Poverty in South Sudan
Following nearly 50 years of civil war, the newly divided countries of Sudan and South Sudan remain in ongoing economic recovery. Although conflict sets the stage for poverty in South Sudan, the young country’s lack of educational opportunities perpetuates the problem. As of 2017, a jarring 72% of primary school-aged children in South Sudan do not attend school. Of these 2 million children, 400,000 are out of school due to displacement and chronic insecurity. Here are seven facts about education and poverty in South Sudan.

7 Facts About Education and Poverty in South Sudan

  1. More educational funding would reduce youth crime involvement. It is no secret that a quality education prevents crime activity among any youth population. However, extreme poverty in South Sudan compromises the quality of most of the country’s schools. The absence of extracurricular club offerings contributes to an ongoing cycle of violence in South Sudan. On the other hand, schools that UNICEF funded benefitted from student governments, peace clubs and organized volunteer activities. UNICEF also funded the South Sudan Youth Development Policy, which the government of South Sudan later developed. These programs effectively build peace and reduce youth crime in strained communities. More widespread funding for such programs would further prevent youth violence and armed conflict.
  2. Sudan’s distinct educational tracks limit the number of qualified teachers. To account for the poverty most school-aged children experience, South Sudan implemented an alternative education system. In an effort to reduce the long-term cost of education, this system condenses an eight-year curriculum into a four-year program. This program instructs students in English, which excludes many qualified teachers who received training to teach in Arabic. Although this program is more accessible, this exclusion compromises the quality of education students can gain.
  3. Children cannot physically attend one-third of schools in South Sudan. Long-standing political conflicts in South Sudan have damaged and destroyed over one-third of schools. These schools rely on the assistance of foreign aid organizations, such as USAID, in order to redevelop into functional institutions. USAID alone has provided over 514,800 conflict-affected children with makeshift learning spaces since 2014.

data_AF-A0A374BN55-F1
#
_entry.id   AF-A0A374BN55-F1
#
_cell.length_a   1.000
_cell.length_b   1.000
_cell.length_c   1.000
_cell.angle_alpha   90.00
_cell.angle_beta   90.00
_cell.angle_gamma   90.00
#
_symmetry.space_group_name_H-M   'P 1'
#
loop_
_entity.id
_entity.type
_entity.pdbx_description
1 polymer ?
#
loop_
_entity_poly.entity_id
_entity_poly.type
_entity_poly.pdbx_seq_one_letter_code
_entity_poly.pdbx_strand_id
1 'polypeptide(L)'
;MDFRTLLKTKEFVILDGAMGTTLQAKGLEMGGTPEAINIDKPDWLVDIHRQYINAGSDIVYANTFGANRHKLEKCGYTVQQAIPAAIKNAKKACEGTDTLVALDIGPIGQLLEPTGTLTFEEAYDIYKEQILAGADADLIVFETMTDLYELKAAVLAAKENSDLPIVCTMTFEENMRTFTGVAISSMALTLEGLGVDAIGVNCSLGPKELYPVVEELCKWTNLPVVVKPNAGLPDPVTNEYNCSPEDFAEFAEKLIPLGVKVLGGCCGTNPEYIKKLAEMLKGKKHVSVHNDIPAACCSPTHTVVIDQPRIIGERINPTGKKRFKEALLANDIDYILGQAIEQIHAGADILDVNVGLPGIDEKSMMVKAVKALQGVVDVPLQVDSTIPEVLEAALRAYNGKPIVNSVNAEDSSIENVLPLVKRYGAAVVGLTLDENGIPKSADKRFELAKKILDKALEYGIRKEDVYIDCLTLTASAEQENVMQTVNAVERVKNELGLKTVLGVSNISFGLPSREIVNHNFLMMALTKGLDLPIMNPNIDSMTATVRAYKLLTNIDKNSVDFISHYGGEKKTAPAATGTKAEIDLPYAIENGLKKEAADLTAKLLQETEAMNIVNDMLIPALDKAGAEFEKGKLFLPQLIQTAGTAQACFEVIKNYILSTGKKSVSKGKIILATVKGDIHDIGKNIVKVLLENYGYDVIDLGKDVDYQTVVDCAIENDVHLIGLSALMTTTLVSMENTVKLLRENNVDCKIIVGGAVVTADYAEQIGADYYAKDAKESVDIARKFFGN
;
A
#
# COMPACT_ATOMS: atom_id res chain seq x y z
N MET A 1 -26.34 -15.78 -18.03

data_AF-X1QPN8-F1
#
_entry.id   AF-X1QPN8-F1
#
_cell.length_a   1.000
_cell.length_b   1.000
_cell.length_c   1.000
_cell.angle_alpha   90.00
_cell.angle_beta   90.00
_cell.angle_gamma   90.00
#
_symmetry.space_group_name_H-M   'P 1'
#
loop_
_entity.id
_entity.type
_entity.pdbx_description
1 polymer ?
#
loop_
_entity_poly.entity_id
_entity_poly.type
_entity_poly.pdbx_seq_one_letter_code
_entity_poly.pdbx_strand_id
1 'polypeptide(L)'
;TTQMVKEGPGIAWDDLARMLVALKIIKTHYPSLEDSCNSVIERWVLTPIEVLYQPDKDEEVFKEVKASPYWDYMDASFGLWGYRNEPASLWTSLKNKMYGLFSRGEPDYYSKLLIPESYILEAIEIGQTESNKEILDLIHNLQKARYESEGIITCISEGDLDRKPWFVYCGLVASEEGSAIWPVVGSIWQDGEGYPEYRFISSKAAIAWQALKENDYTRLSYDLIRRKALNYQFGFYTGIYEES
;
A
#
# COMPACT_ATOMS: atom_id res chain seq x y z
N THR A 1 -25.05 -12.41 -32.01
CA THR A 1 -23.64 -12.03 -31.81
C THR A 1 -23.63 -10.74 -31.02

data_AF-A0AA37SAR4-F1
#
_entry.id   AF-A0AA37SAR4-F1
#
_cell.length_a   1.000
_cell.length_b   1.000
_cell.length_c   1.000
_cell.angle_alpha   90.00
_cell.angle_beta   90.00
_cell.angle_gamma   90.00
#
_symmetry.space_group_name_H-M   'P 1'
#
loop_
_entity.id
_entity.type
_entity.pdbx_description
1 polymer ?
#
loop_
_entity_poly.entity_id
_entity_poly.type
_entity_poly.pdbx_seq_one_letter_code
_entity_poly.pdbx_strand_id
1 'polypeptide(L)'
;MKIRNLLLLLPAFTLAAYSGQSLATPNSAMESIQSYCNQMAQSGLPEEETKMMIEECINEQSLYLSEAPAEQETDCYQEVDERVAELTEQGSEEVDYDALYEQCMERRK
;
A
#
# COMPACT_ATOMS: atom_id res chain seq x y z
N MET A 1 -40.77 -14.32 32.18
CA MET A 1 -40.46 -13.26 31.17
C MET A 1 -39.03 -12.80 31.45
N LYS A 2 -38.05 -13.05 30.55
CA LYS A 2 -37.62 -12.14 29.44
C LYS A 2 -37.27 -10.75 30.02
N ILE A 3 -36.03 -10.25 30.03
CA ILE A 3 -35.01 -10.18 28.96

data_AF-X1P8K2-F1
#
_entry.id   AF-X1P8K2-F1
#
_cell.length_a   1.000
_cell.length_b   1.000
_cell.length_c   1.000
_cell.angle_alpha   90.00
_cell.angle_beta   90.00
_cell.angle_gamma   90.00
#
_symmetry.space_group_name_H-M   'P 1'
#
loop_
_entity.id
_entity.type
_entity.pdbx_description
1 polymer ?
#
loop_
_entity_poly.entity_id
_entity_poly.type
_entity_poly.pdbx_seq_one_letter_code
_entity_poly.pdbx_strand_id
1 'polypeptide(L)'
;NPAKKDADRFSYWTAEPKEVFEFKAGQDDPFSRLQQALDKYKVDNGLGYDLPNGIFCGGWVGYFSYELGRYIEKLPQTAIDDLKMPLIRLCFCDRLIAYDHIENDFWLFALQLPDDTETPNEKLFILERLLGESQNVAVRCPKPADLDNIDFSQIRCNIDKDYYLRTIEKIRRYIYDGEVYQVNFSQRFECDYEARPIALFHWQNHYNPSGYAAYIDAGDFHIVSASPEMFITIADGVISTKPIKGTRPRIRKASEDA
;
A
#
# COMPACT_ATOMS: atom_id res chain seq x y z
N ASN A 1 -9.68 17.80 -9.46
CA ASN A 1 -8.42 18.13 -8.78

4. Poverty-ridden families rely on agricultural work. Many school-aged children in rural South Sudan raise cattle in pastoral communities rather than attending school. A 2013 study found that parents in cattle-keeping communities valued practical skills (such as cattle treatment and milk production) over formal education. Since agricultural income accounts for a child’s immediate needs, many families do not see formal education as a practical option. Because funding for schools often relies on attendance and retention rates, funding falls particularly low in pastoral, non-urban areas. While the education sector itself does not prioritize this problem, donors like USAID and FAO fund more flexible education options for pastoral communities.
  5. Girls have to overcome more obstacles to obtain an education. Young women living in poverty often drop out of school to pursue arranged marriages because of financial, cultural and religious obligations. As a result, only one-sixth of women are literate in comparison to two-fifths of men. However, children born to educated mothers have a 50% higher chance of survival. In turn, prioritizing young women’s education and literacy is vital. Though more work is necessary to enroll more girls in school, donor initiatives such as the DFID’s Girls’ Education South Sudan (GESS) have brought more attention to the issue.
  6. Socioeconomic disparities impact access to education and future employment. In a study by Learning for Peace, representatives expressed that nepotism and tribalism often determine access to education, training opportunities and jobs. This results in unequal opportunities across states, which increases tension within the youth population. One youth representative said that “Youth who have their relatives in those places, they have those opportunities [and] it creates a gap […]. This brings conflict […], especially as a young country which has come out of war, where people have many expectations to get money to sustain themselves.” The concentration of opportunities in particular states, such as Juba, affects the cycle of poverty in South Sudan.
  7. Inclusive learning requires more funding. The government of South Sudan invests minimally in the development of education. This lack of resources prevents the implementation of an inclusive education curriculum based on the language of instruction (Arabic or English) and curriculum content (Christian or secular). Curriculum development at the state level is slowly establishing a more inclusive national identity for students in South Sudan, though more work is necessary at the county level. Such work will further increase the inclusion of different religions, cultures and histories in South Sudan’s schools.

Ultimately, funding education in South Sudan could revive the country’s economy and, more importantly, ensure that more children survive. It is imperative to support the 2 million children who cannot afford an education or who lack access to well-funded schools. In order to help break the cycle of poverty in South Sudan, foreign aid and other investments must provide much-needed educational resources.

Stella Grimaldi
Photo: Flickr